‘India’s contribution to Covid vaccines has been tremendous’: CEPI chief.

Richard Hatchett, CEO of CEPI (Coalition for Epidemic Preparedness Innovations) who is on a visit to India, spoke to HT about the country gaining attention globally by manufacturing and developing anti-Covid vaccines in less than a year, and lessons learnt from the pandemic.

What brings you to India, and how to you see India’s role in global heath care?

We already have a number of partnerships in India, and we are eager to deepen them, both government and private — be it ICMR, DBT or Serum Institute, and other partners. We are excited about the opportunities that India has through G20 to play an important leadership role. We are having meetings with several government departments to talk about Indian priorities and our perception of what the opportunities might be, and how we can support. There are many opportunities for global investments that are about to be made by governments around the world. Hopefully we will all come together to make better vaccines, better therapeutics, and better diagnostics.

Did the fact that India developed and produced Covid vaccines in less than a year catch global attention?

Absolutely! India’s contributions in terms of overall production to the world has been tremendous. And it wasn’t just one company — there was Serum Institute of India), Bharat Biotech, Biological E — there were multiple home-grown successes in India. But there’s the other thing that catches my attention at least is that India is uniquely positioned when it comes to credibility in speaking to countries outside of the global north. It also brings tremendous amount of capability in scientific and industrial might together.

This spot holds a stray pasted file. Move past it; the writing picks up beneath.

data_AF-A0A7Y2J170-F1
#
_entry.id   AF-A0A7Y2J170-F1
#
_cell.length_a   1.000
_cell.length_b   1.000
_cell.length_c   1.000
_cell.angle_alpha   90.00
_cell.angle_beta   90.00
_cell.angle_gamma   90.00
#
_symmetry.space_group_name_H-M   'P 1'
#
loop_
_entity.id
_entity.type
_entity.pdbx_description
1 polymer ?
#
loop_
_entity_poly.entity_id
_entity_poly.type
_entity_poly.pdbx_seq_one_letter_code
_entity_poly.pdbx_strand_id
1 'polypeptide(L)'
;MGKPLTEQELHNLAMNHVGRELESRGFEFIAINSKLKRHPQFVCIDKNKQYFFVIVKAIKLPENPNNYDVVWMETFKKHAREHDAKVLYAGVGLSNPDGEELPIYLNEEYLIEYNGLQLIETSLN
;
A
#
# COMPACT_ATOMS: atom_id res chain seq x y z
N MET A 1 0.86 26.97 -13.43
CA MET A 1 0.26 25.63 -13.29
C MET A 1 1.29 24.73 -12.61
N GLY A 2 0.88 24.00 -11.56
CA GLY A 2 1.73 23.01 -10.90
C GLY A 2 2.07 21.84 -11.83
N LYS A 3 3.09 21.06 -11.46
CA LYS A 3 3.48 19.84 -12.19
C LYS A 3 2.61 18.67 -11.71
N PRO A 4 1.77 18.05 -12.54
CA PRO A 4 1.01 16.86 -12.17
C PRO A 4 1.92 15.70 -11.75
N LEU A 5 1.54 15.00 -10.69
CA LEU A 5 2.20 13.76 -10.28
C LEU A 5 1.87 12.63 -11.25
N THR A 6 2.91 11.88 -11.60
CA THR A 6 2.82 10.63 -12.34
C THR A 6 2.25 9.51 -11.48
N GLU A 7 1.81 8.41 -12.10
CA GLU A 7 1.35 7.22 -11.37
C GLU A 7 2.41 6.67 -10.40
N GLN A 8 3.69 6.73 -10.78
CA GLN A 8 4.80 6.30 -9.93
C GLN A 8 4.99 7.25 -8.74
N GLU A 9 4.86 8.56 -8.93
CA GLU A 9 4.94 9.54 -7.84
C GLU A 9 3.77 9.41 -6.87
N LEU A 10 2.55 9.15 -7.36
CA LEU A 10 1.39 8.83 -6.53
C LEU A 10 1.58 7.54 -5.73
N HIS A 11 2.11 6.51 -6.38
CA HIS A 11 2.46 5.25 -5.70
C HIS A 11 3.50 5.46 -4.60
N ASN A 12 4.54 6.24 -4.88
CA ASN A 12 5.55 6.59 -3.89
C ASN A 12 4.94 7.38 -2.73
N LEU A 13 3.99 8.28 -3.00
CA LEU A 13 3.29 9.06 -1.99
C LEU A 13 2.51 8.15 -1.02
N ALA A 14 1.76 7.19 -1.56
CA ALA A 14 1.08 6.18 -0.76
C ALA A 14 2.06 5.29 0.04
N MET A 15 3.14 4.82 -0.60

What lessons have been learnt from the pandemic?

There are lots of insights to be derived from the pandemic. We made tremendous advances scientifically. One thing that really worked well during the pandemic was global scientific collaborations; we also had a number of technologies that were validated for the first time particularly in the vaccine space, be it mRNA technology, new approaches to develop protein based vaccines etc. These were not overnight successes; these had been brewing but had never crossed the finish line. We were able to respond as quickly as we did was also proof of concept for an approach to preparedness, and not just because of the technology but because of the prior investment in understanding how to make countermeasures against coronaviruses.

Source- Hindustan Times.

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